Worried about US inequality? Ban stock buybacks to end the looting of corporations
This article is part of our Rethinking Corporate Governance blog series
For a nation that claims to value equal opportunity, the United States has become a global leader in economic inequality. Income concentration among the richest households has become ever more extreme, while, for the vast majority, secure and well-paid employment opportunities are increasingly elusive.
A stock buyback occurs when a business corporation instructs its broker to repurchase its own outstanding shares on the stock market. The purpose of this transaction is to give the company’s stock price a manipulative boost.
And buybacks are massive. From 2009 through 2018, the 465 companies in the S&P 500 Index publicly listed over the decade did $4.3 trillion in buybacks, equal to 52% of their profits. In addition, these companies dispensed $3.3 trillion as dividends, another 39% of profits.
That left only nine percent of profits available to augment the company’s investments in productive capabilities, including the provision of secure employment that, through training and experience, enables employees to become more productive and better paid.
The profits that a company retains are the financial basis for career employment opportunities that can deliver a middle class standard of living. For an economy to benefit masses of workers, its major companies must retain profits and reinvest in the productive capabilities of the labour force.
Rather than “retain-and-reinvest“ however, a company that does buybacks tends to “downsize-and-distribute”: It seeks to cut labour costs to increase the profits that it can distribute to shareholders as buybacks and dividends. With dividends, the company provides income streams to all shareholders.
Buybacks, in contrast, reward sharesellers who are in the business of timing the buying and selling of the company’s shares. That includes not only stock traders at Wall Street banks and hedge funds but also senior corporate executives, who get most of their remuneration from stock-based pay.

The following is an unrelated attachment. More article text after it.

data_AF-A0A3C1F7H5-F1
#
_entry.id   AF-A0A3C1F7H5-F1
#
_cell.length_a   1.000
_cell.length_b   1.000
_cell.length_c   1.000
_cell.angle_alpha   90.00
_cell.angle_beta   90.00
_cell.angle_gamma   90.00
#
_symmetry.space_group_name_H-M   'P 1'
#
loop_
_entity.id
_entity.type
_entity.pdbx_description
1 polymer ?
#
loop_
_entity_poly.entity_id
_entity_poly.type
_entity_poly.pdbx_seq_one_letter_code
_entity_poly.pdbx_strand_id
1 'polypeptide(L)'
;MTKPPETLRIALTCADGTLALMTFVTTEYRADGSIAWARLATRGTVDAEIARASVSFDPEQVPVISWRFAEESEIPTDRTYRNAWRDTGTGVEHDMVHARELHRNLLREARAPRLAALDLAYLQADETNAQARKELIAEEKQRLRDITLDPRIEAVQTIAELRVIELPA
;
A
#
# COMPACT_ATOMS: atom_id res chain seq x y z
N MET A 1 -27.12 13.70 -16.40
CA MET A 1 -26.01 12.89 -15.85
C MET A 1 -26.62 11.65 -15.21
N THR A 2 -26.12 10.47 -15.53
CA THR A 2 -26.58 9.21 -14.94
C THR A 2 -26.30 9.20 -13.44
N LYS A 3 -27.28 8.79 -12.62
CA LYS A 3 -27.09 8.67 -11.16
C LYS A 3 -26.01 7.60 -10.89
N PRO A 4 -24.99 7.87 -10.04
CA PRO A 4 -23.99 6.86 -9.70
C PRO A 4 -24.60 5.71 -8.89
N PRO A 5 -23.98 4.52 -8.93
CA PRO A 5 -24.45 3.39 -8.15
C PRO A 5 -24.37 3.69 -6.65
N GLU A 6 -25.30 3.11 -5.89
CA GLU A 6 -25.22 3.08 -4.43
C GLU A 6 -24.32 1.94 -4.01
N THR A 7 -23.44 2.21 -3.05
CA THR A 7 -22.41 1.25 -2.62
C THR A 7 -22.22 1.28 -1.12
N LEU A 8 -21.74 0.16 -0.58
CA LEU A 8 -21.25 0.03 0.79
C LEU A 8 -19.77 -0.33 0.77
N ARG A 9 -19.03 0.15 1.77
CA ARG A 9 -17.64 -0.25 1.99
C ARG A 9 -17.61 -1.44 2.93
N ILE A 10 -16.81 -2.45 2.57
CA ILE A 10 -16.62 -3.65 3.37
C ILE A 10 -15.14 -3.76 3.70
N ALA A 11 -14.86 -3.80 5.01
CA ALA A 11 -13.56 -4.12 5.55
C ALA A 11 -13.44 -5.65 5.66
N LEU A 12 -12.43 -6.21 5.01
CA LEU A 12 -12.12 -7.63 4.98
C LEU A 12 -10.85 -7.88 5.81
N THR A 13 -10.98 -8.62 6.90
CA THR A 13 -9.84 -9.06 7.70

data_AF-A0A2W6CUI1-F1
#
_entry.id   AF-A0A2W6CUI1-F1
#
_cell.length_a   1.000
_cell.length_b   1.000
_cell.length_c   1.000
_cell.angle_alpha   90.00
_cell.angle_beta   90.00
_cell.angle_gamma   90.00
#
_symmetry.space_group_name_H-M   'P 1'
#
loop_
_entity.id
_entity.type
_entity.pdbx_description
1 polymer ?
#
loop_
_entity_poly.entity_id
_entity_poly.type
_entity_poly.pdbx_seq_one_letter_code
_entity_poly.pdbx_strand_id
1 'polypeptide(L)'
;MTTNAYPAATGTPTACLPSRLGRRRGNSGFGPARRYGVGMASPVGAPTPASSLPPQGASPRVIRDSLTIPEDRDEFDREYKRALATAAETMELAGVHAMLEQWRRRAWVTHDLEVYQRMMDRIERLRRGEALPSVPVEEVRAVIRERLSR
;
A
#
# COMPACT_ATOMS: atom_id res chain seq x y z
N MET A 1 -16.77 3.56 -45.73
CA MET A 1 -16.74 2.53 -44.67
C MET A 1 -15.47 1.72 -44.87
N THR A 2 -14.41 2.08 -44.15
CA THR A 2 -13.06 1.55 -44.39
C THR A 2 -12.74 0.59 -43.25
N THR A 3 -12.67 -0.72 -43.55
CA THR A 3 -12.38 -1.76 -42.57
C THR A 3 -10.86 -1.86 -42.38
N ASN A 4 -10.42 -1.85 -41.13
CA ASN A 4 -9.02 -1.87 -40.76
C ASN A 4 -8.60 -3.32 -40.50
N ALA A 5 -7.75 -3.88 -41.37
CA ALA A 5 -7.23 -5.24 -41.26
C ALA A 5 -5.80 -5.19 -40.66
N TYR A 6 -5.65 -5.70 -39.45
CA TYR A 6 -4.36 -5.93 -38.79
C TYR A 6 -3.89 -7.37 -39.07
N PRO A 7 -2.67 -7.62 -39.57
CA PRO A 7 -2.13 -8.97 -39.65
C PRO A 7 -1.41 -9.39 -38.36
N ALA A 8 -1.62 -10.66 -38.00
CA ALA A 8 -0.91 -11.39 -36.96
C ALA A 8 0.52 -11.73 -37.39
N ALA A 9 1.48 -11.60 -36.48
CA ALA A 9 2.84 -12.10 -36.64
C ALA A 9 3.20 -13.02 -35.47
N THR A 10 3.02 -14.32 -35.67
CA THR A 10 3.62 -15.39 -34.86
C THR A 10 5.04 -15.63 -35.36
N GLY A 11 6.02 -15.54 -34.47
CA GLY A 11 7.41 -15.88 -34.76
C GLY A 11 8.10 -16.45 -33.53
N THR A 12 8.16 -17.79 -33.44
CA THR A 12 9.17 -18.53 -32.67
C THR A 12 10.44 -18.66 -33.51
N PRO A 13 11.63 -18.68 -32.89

These “predatory value extractors” use buybacks to channel corporate cash into their bank accounts at the expense of everyone else.
Companies whose executives are in downsize-and-distribute mode tend to engage in other types of corporate behavior that is bad for our wealth and health. For decades, the US pharmaceutical lobby has fought price regulation by arguing that the far higher prices that Americans pay for medicines compared with other nations provide more drug company profits that can be reinvested in drug innovation.
But from 2009 through 2018, the 18 pharmaceutical companies in the S&P 500 Index distributed 106% of their combined profits to shareholders, including $335 billion in buybacks.
The $622 billion distributed as buybacks plus dividends was 14% more than these companies spent on research and development. These pharma companies charge high drug prices to increase their profits to boost their stock prices.
If the purpose of a pharma company should be the development of safe, effective, and affordable medicines, the purpose of an aircraft manufacturer should be to produce planes which have a miniscule probability of technical failure that could cause a fatal crash.
Sadly, Boeing, a 104-year-old US company that competes with Europe’s Airbus in the large-aircraft market, had two crashes of its brand-new 737 MAX plane within five months of each other in 2019, leaving 346 people dead.
Boeing executives should have focused on developing and delivering to airlines the safest possible replacement for its narrowbody midrange 737NG. Instead they lavished tens of billions of corporate dollars on buybacks so that the company’s stock price would soar.
From January 2013, with the 737 MAX still in development, to the first week of March 2019, just prior to the Ethiopian Airlines crash that prompted the worldwide grounding of the aircraft, Boeing did over $43 billion in buybacks.
Why are buybacks permitted? The Securities and Exchange Commission (SEC), the US government agency charged with protecting the integrity of financial markets, once viewed buybacks as market manipulation. But when Ronald Reagan became President in 1980 he appointed Wall Street banker John Shad as SEC chair, and the agency quickly transformed from a regulator to a promoter of US stock markets.
Our research on buybacks has gained the attention of some US legislators. In March 2019, Senator Tammy Baldwin (D-WI) introduced the Reward Work Act, which would rescind SEC Rule 10b-18 - in effect banning buybacks. This Act would also require that all publicly listed companies in the United States have employee representatives as one-third of their board.
To reverse extreme income inequality, these new participants in US corporate governance would face the formidable challenge of ending financialized business as usual. For that, they would need a deep understanding of the critical importance of retain-and-reinvest to achieving stable and equitable economic growth.